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PAINTED LIGHT: WORKS FROM A DISTINGUISHED AMERICAN COLLECTION SOLD TO BENEFIT CHARITABLE CAUSES

Alfred Sisley
CONFLUENT DE LA SEINE ET DU LOING
Estimate
Irrevocable Bids
Lots with this symbol indicate that a party has provided Sotheby’s with an irrevocable bid on the lot that will be executed during the sale at a value that ensures that the lot will sell. The irrevocable bidder, who may bid in excess of the irrevocable bid, will be compensated based on the final hammer price in the event he or she is not the successful bidder or may receive a fixed fee in the event he or she is the successful bidder. If the irrevocable bidder is the successful bidder, the fixed fee (if applicable) for providing the irrevocable bid may be netted against the irrevocable bidder’s obligation to pay the full purchase price for the lot and the purchase price reported for the lot shall be net of such fixed fee. If the irrevocable bid is not secured until after the printing of the auction catalogue, a pre-lot announcement will be made indicating that there is an irrevocable bid on the lot. If the irrevocable bidder is advising anyone with respect to the lot, Sotheby’s requires the irrevocable bidder to disclose his or her financial interest in the lot. If an agent is advising you or bidding on your behalf with respect to a lot identified as being subject to an irrevocable bid, you should request that the agent disclose whether or not he or she has a financial interest in the lot.
Guaranteed Property
Guaranteed Property. The seller of lots with this symbol has been guaranteed a minimum price from one auction or a series of auctions. If every lot in a catalogue is guaranteed, the Conditions of Sale will so state and this symbol will not be used for each lot.
1,800,0002,500,000
LOT SOLD. 2,535,000 USD
JUMP TO LOT
14

PAINTED LIGHT: WORKS FROM A DISTINGUISHED AMERICAN COLLECTION SOLD TO BENEFIT CHARITABLE CAUSES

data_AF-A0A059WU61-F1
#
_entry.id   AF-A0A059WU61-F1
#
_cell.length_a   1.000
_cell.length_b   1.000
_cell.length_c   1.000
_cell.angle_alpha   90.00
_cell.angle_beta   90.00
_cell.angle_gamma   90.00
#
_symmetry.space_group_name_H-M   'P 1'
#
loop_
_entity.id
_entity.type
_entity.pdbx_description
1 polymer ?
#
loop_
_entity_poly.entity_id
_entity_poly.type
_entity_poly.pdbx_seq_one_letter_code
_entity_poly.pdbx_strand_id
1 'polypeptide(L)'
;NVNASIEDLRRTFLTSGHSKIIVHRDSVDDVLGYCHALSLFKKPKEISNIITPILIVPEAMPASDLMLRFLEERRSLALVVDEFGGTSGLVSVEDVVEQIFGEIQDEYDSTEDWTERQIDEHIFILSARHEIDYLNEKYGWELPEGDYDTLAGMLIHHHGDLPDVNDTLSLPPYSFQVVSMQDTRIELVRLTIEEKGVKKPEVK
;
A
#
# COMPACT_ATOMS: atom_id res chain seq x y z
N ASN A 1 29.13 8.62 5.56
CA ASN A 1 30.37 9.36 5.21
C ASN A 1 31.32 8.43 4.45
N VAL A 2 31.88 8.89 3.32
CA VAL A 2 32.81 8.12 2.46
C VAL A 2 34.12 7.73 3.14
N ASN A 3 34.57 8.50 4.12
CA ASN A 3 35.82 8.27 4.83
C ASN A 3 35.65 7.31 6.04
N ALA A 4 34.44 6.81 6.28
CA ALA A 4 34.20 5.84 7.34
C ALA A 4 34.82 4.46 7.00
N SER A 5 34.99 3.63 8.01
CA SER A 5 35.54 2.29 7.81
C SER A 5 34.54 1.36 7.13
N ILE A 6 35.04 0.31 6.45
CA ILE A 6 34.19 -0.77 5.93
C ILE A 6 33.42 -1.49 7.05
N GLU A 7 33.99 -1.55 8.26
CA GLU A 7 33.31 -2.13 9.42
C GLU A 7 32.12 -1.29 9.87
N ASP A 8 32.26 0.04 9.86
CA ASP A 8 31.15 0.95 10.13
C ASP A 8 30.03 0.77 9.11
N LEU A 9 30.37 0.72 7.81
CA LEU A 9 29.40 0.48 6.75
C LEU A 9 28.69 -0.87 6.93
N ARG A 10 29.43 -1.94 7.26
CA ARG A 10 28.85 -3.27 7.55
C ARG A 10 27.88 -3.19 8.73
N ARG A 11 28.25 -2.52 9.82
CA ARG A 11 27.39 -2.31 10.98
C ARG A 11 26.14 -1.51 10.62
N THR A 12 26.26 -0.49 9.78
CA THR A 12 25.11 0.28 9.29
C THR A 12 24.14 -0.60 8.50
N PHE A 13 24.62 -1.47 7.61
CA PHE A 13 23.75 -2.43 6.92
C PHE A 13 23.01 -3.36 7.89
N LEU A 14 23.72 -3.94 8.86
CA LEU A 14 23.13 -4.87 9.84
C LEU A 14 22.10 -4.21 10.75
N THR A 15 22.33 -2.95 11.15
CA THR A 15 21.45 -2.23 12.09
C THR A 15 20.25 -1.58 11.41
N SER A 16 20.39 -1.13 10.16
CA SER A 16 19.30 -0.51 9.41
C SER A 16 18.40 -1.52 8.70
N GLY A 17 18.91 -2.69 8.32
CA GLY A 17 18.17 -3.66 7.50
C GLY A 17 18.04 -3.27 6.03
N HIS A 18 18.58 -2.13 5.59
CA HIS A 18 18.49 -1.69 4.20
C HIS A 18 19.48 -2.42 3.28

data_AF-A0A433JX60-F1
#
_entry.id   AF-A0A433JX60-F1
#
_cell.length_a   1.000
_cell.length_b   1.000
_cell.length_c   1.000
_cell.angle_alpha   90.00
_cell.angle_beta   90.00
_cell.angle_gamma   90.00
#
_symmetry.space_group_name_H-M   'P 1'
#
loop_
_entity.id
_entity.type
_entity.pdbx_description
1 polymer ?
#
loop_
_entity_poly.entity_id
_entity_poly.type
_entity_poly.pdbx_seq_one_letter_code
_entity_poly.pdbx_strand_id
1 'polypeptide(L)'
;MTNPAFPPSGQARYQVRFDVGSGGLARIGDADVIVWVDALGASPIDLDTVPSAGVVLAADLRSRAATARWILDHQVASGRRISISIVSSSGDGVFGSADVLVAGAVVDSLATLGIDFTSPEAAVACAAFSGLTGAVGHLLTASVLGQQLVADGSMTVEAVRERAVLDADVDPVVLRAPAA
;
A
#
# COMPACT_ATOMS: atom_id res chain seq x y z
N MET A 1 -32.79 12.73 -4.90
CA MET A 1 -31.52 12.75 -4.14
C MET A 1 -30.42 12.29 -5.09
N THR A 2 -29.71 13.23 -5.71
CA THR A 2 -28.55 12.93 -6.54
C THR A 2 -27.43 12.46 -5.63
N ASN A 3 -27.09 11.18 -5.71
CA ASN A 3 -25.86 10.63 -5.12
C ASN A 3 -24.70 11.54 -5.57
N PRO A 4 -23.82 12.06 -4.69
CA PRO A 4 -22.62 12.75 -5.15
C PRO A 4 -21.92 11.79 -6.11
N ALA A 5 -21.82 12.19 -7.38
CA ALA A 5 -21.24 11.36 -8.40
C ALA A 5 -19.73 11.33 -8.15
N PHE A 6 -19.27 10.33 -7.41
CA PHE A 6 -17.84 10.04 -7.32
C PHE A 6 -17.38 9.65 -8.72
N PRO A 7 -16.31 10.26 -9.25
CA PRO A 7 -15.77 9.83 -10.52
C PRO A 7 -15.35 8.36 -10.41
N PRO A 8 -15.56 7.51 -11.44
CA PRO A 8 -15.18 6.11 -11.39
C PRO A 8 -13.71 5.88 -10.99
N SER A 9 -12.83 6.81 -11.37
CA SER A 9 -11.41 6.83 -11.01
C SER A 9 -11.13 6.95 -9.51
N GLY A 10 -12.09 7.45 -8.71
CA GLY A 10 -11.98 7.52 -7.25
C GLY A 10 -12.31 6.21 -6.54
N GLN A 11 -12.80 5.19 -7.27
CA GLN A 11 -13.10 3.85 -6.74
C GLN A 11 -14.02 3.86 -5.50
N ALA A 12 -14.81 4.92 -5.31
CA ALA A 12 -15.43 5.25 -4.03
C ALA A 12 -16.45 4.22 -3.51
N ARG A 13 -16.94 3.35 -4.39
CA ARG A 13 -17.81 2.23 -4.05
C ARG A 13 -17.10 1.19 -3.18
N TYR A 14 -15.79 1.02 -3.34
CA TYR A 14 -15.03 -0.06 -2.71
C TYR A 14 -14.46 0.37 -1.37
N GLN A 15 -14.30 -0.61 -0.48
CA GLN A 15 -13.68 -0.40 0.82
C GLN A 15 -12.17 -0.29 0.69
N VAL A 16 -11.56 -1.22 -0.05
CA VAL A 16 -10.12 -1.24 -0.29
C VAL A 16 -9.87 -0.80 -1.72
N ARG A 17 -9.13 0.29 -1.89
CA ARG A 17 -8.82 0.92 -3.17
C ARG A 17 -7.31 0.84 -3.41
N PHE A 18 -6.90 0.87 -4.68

Alfred Sisley
CONFLUENT DE LA SEINE ET DU LOING
Estimate
Irrevocable Bids
Lots with this symbol indicate that a party has provided Sotheby’s with an irrevocable bid on the lot that will be executed during the sale at a value that ensures that the lot will sell. The irrevocable bidder, who may bid in excess of the irrevocable bid, will be compensated based on the final hammer price in the event he or she is not the successful bidder or may receive a fixed fee in the event he or she is the successful bidder. If the irrevocable bidder is the successful bidder, the fixed fee (if applicable) for providing the irrevocable bid may be netted against the irrevocable bidder’s obligation to pay the full purchase price for the lot and the purchase price reported for the lot shall be net of such fixed fee. If the irrevocable bid is not secured until after the printing of the auction catalogue, a pre-lot announcement will be made indicating that there is an irrevocable bid on the lot. If the irrevocable bidder is advising anyone with respect to the lot, Sotheby’s requires the irrevocable bidder to disclose his or her financial interest in the lot. If an agent is advising you or bidding on your behalf with respect to a lot identified as being subject to an irrevocable bid, you should request that the agent disclose whether or not he or she has a financial interest in the lot.
Guaranteed Property
Guaranteed Property. The seller of lots with this symbol has been guaranteed a minimum price from one auction or a series of auctions. If every lot in a catalogue is guaranteed, the Conditions of Sale will so state and this symbol will not be used for each lot.
1,800,0002,500,000
LOT SOLD. 2,535,000 USD
JUMP TO LOT

Details & Cataloguing

Impressionist & Modern Art Evening Sale

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New York

Alfred Sisley
1839 - 1899